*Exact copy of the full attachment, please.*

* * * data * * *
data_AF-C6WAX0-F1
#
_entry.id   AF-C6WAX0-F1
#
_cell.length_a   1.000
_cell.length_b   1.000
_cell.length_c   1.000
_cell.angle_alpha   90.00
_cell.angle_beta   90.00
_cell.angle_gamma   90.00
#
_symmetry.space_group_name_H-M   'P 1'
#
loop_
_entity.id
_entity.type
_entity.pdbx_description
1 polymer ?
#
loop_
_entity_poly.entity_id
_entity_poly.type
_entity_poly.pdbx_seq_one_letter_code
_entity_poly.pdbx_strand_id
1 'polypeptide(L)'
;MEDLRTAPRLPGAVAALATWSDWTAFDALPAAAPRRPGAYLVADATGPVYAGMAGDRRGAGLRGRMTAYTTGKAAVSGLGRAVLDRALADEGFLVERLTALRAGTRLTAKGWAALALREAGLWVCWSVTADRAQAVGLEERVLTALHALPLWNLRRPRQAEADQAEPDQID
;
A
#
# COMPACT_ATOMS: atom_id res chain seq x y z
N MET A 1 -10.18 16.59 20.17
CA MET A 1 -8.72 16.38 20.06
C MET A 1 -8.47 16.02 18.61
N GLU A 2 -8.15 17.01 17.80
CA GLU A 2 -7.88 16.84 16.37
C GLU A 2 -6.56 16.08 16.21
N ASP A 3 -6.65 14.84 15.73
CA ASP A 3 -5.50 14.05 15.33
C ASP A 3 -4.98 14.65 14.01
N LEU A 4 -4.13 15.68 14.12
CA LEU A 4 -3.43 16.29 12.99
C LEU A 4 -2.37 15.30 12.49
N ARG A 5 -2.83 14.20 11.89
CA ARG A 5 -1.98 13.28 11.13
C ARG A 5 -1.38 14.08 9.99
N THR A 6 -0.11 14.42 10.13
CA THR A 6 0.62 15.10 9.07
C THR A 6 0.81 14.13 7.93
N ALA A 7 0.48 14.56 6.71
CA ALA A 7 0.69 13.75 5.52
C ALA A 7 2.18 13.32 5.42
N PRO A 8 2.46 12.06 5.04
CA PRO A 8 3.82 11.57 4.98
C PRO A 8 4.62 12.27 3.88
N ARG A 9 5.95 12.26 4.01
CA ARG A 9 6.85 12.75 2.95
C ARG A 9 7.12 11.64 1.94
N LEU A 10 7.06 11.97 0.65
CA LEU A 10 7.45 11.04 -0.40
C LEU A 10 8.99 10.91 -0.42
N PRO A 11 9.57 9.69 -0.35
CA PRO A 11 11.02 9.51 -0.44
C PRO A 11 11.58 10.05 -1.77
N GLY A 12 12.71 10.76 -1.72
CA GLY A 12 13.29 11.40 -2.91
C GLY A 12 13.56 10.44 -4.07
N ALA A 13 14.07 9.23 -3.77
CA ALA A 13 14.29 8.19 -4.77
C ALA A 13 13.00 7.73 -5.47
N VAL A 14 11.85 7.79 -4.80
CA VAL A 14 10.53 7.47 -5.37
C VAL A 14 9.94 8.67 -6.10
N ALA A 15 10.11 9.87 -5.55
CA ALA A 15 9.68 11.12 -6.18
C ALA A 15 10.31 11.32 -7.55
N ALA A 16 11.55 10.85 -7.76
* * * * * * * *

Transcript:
data_AF-C6WAX0-F1
#
_entry.id   AF-C6WAX0-F1
#
_cell.length_a   1.000
_cell.length_b   1.000
_cell.length_c   1.000
_cell.angle_alpha   90.00
_cell.angle_beta   90.00
_cell.angle_gamma   90.00
#
_symmetry.space_group_name_H-M   'P 1'
#
loop_
_entity.id
_entity.type
_entity.pdbx_description
1 polymer ?
#
loop_
_entity_poly.entity_id
_entity_poly.type
_entity_poly.pdbx_seq_one_letter_code
_entity_poly.pdbx_strand_id
1 'polypeptide(L)'
;MEDLRTAPRLPGAVAALATWSDWTAFDALPAAAPRRPGAYLVADATGPVYAGMAGDRRGAGLRGRMTAYTTGKAAVSGLGRAVLDRALADEGFLVERLTALRAGTRLTAKGWAALALREAGLWVCWSVTADRAQAVGLEERVLTALHALPLWNLRRPRQAEADQAEPDQID
;
A
#
# COMPACT_ATOMS: atom_id res chain seq x y z
N MET A 1 -10.18 16.59 20.17
CA MET A 1 -8.72 16.38 20.06
C MET A 1 -8.47 16.02 18.61
N GLU A 2 -8.15 17.01 17.80
CA GLU A 2 -7.88 16.84 16.37
C GLU A 2 -6.56 16.08 16.21
N ASP A 3 -6.65 14.84 15.73
CA ASP A 3 -5.50 14.05 15.33
C ASP A 3 -4.98 14.65 14.01
N LEU A 4 -4.13 15.68 14.12
CA LEU A 4 -3.43 16.29 12.99
C LEU A 4 -2.37 15.30 12.49
N ARG A 5 -2.83 14.20 11.89
CA ARG A 5 -1.98 13.28 11.13
C ARG A 5 -1.38 14.08 9.99
N THR A 6 -0.11 14.42 10.13
CA THR A 6 0.62 15.10 9.07
C THR A 6 0.81 14.13 7.93
N ALA A 7 0.48 14.56 6.71
CA ALA A 7 0.69 13.75 5.52
C ALA A 7 2.18 13.32 5.42
N PRO A 8 2.46 12.06 5.04
CA PRO A 8 3.82 11.57 4.98
C PRO A 8 4.62 12.27 3.88
N ARG A 9 5.95 12.26 4.01
CA ARG A 9 6.85 12.75 2.95
C ARG A 9 7.12 11.64 1.94
N LEU A 10 7.06 11.97 0.65
CA LEU A 10 7.45 11.04 -0.40
C LEU A 10 8.99 10.91 -0.42
N PRO A 11 9.57 9.69 -0.35
CA PRO A 11 11.02 9.51 -0.44
C PRO A 11 11.58 10.05 -1.77
N GLY A 12 12.71 10.76 -1.72
CA GLY A 12 13.29 11.40 -2.91
C GLY A 12 13.56 10.44 -4.07
N ALA A 13 14.07 9.23 -3.77
CA ALA A 13 14.29 8.19 -4.77
C ALA A 13 13.00 7.73 -5.47
N VAL A 14 11.85 7.79 -4.80
CA VAL A 14 10.53 7.47 -5.37
C VAL A 14 9.94 8.67 -6.10
N ALA A 15 10.11 9.87 -5.55
CA ALA A 15 9.68 11.12 -6.18
C ALA A 15 10.31 11.32 -7.55
N ALA A 16 11.55 10.85 -7.76